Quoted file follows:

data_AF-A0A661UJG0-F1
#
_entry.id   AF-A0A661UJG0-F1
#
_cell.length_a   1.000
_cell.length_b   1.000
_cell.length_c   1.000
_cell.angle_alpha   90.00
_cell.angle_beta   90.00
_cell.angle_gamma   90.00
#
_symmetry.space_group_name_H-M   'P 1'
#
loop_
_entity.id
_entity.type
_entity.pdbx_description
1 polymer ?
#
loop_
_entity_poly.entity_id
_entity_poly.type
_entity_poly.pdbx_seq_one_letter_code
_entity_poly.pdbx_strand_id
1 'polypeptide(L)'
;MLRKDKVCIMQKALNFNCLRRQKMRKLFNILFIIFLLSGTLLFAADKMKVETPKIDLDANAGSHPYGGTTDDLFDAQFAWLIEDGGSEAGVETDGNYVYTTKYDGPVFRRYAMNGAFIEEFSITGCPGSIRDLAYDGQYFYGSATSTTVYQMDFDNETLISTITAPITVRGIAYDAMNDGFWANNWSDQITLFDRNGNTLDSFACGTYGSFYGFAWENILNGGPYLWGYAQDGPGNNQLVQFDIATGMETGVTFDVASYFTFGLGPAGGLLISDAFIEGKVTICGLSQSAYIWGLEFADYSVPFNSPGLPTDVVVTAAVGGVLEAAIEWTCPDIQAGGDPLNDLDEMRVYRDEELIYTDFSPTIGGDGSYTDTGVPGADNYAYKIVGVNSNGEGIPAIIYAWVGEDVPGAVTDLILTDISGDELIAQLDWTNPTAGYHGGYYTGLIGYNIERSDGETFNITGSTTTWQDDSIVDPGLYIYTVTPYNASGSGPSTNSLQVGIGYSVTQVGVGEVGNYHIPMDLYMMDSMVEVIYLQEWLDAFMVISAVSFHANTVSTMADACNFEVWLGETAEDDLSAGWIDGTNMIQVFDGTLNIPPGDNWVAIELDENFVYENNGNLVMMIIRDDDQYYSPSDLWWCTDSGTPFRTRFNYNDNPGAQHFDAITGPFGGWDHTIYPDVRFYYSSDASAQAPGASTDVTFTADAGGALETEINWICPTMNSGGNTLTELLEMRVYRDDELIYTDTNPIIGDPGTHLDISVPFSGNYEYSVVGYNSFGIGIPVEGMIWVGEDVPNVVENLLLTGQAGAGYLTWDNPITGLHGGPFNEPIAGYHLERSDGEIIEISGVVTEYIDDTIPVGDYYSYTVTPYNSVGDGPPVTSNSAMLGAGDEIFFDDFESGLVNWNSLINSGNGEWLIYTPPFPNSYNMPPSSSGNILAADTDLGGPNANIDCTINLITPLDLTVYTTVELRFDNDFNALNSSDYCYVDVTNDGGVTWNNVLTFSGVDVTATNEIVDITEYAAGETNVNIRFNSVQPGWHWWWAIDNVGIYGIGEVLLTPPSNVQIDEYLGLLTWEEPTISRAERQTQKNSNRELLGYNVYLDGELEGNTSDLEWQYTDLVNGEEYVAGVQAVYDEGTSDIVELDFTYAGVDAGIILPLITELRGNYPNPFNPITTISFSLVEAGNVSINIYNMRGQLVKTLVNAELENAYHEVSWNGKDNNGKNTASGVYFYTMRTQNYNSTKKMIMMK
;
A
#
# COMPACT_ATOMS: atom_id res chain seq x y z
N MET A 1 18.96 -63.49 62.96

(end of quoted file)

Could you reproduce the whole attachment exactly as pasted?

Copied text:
data_AF-A0A661UJG0-F1
#
_entry.id   AF-A0A661UJG0-F1
#
_cell.length_a   1.000
_cell.length_b   1.000
_cell.length_c   1.000
_cell.angle_alpha   90.00
_cell.angle_beta   90.00
_cell.angle_gamma   90.00
#
_symmetry.space_group_name_H-M   'P 1'
#
loop_
_entity.id
_entity.type
_entity.pdbx_description
1 polymer ?
#
loop_
_entity_poly.entity_id
_entity_poly.type
_entity_poly.pdbx_seq_one_letter_code
_entity_poly.pdbx_strand_id
1 'polypeptide(L)'
;MLRKDKVCIMQKALNFNCLRRQKMRKLFNILFIIFLLSGTLLFAADKMKVETPKIDLDANAGSHPYGGTTDDLFDAQFAWLIEDGGSEAGVETDGNYVYTTKYDGPVFRRYAMNGAFIEEFSITGCPGSIRDLAYDGQYFYGSATSTTVYQMDFDNETLISTITAPITVRGIAYDAMNDGFWANNWSDQITLFDRNGNTLDSFACGTYGSFYGFAWENILNGGPYLWGYAQDGPGNNQLVQFDIATGMETGVTFDVASYFTFGLGPAGGLLISDAFIEGKVTICGLSQSAYIWGLEFADYSVPFNSPGLPTDVVVTAAVGGVLEAAIEWTCPDIQAGGDPLNDLDEMRVYRDEELIYTDFSPTIGGDGSYTDTGVPGADNYAYKIVGVNSNGEGIPAIIYAWVGEDVPGAVTDLILTDISGDELIAQLDWTNPTAGYHGGYYTGLIGYNIERSDGETFNITGSTTTWQDDSIVDPGLYIYTVTPYNASGSGPSTNSLQVGIGYSVTQVGVGEVGNYHIPMDLYMMDSMVEVIYLQEWLDAFMVISAVSFHANTVSTMADACNFEVWLGETAEDDLSAGWIDGTNMIQVFDGTLNIPPGDNWVAIELDENFVYENNGNLVMMIIRDDDQYYSPSDLWWCTDSGTPFRTRFNYNDNPGAQHFDAITGPFGGWDHTIYPDVRFYYSSDASAQAPGASTDVTFTADAGGALETEINWICPTMNSGGNTLTELLEMRVYRDDELIYTDTNPIIGDPGTHLDISVPFSGNYEYSVVGYNSFGIGIPVEGMIWVGEDVPNVVENLLLTGQAGAGYLTWDNPITGLHGGPFNEPIAGYHLERSDGEIIEISGVVTEYIDDTIPVGDYYSYTVTPYNSVGDGPPVTSNSAMLGAGDEIFFDDFESGLVNWNSLINSGNGEWLIYTPPFPNSYNMPPSSSGNILAADTDLGGPNANIDCTINLITPLDLTVYTTVELRFDNDFNALNSSDYCYVDVTNDGGVTWNNVLTFSGVDVTATNEIVDITEYAAGETNVNIRFNSVQPGWHWWWAIDNVGIYGIGEVLLTPPSNVQIDEYLGLLTWEEPTISRAERQTQKNSNRELLGYNVYLDGELEGNTSDLEWQYTDLVNGEEYVAGVQAVYDEGTSDIVELDFTYAGVDAGIILPLITELRGNYPNPFNPITTISFSLVEAGNVSINIYNMRGQLVKTLVNAELENAYHEVSWNGKDNNGKNTASGVYFYTMRTQNYNSTKKMIMMK
;
A
#
# COMPACT_ATOMS: atom_id res chain seq x y z
N MET A 1 18.96 -63.49 62.96